If you are a regular reader of my blog, you probably already know Josephine-dog’s story. You know that years ago, in a far-off country, a matted tangle of dreadlocks and fleas looked at me, and her eyes said Take me home. And you know that I did, driving through seven countries in the snow to bring her home with me. And you know that she’s been with us ever since, our stalwart little friend, through my rapprochement with my partner, through the birth of four children – everything, really. If Josephine-dog can come along for the journey then she always, always does. She is a precious member of our family. Josephine-dog has seen us through so many changes and as a consequence, her own life has changed immeasurably. I like to think that the adoration of our children compensates the loss of our dedication now that we have small humans sharing our focus. Olympia in particular is just utterly in love with Josephine-dog; she sneaks her helpings of her own meals and then begs food off of us to give to Josephine also, and loves to toddle after her carrying her lead, in hope of taking the dog for a walk. One of the funniest moments recently was when it was finally cold enough to pull out Josephine’s winter jumpers, which she wears because her coat is so fine that she is almost perpetually shivering. Olympia was fascinated, and kept saying over and again ‘Josie jumper’ and touching it, and… View Post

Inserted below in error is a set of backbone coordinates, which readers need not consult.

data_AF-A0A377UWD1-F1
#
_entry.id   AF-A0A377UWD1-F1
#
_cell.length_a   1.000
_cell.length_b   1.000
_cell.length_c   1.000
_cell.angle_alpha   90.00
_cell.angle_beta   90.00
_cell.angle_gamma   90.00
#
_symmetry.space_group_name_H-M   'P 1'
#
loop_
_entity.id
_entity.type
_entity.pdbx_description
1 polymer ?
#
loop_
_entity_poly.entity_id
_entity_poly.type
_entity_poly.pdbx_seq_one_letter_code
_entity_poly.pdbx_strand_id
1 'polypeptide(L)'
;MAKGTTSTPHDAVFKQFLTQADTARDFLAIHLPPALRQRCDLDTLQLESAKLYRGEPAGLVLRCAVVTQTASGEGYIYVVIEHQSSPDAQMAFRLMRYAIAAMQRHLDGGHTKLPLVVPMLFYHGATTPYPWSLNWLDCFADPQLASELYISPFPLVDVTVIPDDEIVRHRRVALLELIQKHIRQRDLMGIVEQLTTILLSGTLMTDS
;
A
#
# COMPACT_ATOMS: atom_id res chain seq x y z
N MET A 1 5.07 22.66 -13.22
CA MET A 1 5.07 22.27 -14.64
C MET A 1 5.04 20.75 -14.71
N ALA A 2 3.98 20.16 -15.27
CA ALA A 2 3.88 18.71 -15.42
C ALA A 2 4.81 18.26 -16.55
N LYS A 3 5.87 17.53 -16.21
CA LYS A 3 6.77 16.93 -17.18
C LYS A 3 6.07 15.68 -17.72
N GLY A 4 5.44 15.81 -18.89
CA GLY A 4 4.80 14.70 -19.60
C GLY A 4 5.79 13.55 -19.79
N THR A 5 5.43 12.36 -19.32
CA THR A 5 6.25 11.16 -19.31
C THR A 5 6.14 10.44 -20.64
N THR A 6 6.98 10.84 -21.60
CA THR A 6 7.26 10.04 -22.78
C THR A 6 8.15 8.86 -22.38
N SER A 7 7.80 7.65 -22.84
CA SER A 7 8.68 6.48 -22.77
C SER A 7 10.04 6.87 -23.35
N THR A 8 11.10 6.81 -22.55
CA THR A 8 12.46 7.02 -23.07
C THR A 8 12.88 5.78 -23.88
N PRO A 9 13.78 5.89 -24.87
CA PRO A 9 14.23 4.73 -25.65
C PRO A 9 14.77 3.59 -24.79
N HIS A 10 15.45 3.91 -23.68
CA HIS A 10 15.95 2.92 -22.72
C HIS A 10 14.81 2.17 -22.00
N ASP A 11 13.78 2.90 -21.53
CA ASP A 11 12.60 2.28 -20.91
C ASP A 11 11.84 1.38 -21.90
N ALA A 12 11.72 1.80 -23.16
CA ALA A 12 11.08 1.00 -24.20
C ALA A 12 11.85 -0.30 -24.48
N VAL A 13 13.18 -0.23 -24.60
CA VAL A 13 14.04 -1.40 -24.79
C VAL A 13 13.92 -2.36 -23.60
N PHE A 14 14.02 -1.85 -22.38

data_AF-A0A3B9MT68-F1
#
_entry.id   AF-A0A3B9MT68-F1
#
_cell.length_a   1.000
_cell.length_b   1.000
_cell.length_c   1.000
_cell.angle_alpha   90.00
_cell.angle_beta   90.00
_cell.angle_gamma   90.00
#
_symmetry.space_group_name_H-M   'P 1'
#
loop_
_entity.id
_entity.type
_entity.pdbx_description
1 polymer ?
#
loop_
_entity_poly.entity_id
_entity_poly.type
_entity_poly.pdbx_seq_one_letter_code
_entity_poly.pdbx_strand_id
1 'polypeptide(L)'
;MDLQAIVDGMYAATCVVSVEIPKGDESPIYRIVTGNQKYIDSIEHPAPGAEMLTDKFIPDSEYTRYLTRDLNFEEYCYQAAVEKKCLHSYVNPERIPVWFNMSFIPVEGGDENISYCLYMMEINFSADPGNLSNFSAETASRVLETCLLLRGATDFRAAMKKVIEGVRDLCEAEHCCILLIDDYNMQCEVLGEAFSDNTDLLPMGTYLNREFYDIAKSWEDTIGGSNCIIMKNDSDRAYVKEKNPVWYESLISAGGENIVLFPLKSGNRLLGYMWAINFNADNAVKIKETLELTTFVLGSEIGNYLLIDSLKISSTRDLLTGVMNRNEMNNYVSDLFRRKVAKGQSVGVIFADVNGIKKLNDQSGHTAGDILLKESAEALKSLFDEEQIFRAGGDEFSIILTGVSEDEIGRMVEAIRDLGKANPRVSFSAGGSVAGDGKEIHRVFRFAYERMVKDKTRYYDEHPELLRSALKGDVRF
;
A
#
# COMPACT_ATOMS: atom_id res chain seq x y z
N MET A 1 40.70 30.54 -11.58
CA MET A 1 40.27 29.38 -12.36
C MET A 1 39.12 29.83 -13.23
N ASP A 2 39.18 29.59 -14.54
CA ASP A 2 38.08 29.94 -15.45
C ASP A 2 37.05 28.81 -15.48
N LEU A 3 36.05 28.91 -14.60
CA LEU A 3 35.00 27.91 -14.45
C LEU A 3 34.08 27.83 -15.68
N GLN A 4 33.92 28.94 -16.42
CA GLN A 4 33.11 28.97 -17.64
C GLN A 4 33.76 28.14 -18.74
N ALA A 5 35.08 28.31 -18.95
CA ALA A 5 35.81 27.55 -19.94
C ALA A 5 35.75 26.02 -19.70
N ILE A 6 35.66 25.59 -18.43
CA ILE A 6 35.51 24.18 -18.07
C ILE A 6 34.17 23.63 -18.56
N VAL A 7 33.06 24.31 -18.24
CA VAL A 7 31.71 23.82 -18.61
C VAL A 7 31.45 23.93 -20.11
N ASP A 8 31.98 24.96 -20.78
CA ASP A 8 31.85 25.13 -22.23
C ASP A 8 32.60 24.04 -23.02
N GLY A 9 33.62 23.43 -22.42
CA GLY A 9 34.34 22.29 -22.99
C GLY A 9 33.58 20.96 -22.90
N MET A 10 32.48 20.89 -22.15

Mostly,  PND aside, I have loved the ‘baby years’ of my children’s childhood.  There is nothing quite like the soft solidity of a baby asleep on your chest, the pride and the joy of the many firsts, the getting-to-know-you of a whole small new person that feels like slowly unwrapping a precious gift over the course of the first few months.  Those past few years have been glorious, they have been magical, they have been exhausting and I have felt so alive, and so wonderstruck, navigating the chaos in which we, their parents, had willingly created. But oh, we are suddenly just on the cusp of everything that made me want to embrace having a large family.  We are suddenly just at that point where the boys can join in and do, and the girls try their best, and it makes them all so fun. At the weekend we visited Chislehurst’s Big Draw. The vibrancy of our little town is one of our favourite things about living here; it is such a family-friendly place and there is almost always something to do with our little tribe.  We visited the Big Draw for the first time last year and even though the boys were still very small and our daughters even smaller, we had an excellent time, so we knew that this year it would be exceptional. It did not disappoint. There was the obligatory tantrum over cake.  We all have those, Lysander more so than others.  Until recently, the boys were quite… View Post